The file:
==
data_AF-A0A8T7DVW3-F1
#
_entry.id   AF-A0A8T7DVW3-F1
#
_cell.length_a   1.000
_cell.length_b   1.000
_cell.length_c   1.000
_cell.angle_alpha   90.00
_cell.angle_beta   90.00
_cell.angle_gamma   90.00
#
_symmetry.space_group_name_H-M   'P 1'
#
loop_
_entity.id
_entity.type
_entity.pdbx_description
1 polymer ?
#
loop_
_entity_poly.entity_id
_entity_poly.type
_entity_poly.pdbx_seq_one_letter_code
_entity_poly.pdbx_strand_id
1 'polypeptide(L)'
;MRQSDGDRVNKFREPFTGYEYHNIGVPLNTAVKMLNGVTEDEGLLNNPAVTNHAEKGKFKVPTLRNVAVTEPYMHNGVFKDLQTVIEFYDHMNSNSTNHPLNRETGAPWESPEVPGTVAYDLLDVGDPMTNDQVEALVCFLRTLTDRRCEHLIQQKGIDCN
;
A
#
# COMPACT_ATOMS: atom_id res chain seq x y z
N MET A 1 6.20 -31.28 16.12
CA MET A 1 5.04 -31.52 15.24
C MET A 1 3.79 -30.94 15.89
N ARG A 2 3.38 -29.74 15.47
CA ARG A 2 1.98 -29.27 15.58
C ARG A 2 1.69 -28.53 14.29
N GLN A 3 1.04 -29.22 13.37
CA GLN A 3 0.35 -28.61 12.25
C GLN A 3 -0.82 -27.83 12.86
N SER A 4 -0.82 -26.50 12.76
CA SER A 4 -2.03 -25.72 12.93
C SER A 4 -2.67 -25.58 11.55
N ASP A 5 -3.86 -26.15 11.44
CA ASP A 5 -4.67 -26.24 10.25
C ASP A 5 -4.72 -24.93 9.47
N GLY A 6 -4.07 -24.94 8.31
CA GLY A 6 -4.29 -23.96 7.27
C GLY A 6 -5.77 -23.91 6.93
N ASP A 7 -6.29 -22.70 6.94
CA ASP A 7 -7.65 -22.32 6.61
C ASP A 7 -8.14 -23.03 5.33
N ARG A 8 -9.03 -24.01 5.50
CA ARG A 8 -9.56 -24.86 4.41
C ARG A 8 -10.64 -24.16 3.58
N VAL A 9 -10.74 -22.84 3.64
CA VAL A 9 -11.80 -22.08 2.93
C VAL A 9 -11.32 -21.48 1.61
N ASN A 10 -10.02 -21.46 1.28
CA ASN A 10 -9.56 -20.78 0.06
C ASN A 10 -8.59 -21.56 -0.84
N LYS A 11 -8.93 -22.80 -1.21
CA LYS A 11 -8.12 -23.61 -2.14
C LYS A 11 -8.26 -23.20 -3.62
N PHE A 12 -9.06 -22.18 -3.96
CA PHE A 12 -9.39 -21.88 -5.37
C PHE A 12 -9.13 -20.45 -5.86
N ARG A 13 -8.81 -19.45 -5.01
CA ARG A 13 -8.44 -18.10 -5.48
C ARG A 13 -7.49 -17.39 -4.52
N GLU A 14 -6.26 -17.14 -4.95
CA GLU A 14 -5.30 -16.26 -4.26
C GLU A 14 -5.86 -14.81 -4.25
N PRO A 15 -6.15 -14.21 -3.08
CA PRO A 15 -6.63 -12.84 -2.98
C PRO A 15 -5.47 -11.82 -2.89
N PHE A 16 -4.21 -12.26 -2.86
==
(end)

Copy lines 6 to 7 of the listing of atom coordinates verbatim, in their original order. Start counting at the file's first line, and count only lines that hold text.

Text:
_cell.length_b   1.000
_cell.length_c   1.000